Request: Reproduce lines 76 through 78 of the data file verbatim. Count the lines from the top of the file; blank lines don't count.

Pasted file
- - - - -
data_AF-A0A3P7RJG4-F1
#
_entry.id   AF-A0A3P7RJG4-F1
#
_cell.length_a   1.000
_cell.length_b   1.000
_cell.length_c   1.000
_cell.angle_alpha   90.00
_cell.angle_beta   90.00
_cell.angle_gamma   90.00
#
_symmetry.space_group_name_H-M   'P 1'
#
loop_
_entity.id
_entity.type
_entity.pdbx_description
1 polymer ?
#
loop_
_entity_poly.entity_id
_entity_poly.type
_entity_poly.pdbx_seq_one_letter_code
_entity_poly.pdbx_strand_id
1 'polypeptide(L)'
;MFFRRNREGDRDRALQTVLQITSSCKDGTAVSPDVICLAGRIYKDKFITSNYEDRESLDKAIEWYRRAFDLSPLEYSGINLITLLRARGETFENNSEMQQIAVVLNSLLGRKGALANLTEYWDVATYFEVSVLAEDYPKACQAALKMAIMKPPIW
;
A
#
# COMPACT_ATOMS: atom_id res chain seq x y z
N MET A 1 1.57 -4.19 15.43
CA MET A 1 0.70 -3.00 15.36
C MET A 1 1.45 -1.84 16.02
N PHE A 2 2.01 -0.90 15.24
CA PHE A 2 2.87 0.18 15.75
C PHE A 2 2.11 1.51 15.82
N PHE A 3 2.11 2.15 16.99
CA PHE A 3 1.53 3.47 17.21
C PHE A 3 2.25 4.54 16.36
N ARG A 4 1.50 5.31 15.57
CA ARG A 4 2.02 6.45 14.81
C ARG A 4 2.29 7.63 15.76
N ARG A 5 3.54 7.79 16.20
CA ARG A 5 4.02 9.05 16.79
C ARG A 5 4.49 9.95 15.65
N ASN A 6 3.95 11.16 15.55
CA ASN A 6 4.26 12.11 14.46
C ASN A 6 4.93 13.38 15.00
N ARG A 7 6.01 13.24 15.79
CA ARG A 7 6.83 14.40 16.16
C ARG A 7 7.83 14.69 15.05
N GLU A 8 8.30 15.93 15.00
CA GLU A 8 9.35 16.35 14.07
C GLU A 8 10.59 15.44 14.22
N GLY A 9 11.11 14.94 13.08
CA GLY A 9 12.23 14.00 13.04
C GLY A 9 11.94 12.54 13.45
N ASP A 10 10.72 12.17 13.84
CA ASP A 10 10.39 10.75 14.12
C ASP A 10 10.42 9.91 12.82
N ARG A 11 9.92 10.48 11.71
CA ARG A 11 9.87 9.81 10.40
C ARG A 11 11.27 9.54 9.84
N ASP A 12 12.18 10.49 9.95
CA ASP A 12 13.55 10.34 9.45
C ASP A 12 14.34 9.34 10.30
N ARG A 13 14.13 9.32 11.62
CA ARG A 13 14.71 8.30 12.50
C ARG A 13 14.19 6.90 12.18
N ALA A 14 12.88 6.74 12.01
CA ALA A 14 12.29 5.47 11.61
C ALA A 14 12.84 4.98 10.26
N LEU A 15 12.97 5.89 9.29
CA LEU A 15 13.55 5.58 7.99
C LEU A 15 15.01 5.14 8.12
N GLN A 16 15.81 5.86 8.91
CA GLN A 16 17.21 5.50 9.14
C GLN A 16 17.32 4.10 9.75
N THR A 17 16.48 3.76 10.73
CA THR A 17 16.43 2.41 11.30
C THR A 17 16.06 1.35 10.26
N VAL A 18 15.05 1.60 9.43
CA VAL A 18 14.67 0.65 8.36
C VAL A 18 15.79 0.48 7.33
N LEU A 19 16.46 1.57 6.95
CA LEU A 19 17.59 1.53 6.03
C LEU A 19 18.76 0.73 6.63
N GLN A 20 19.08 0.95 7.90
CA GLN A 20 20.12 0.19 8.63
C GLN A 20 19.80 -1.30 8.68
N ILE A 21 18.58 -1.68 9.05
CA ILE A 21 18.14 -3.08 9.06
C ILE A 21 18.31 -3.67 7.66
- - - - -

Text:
N GLN A 16 15.81 5.86 8.91
CA GLN A 16 17.21 5.50 9.14
C GLN A 16 17.32 4.10 9.75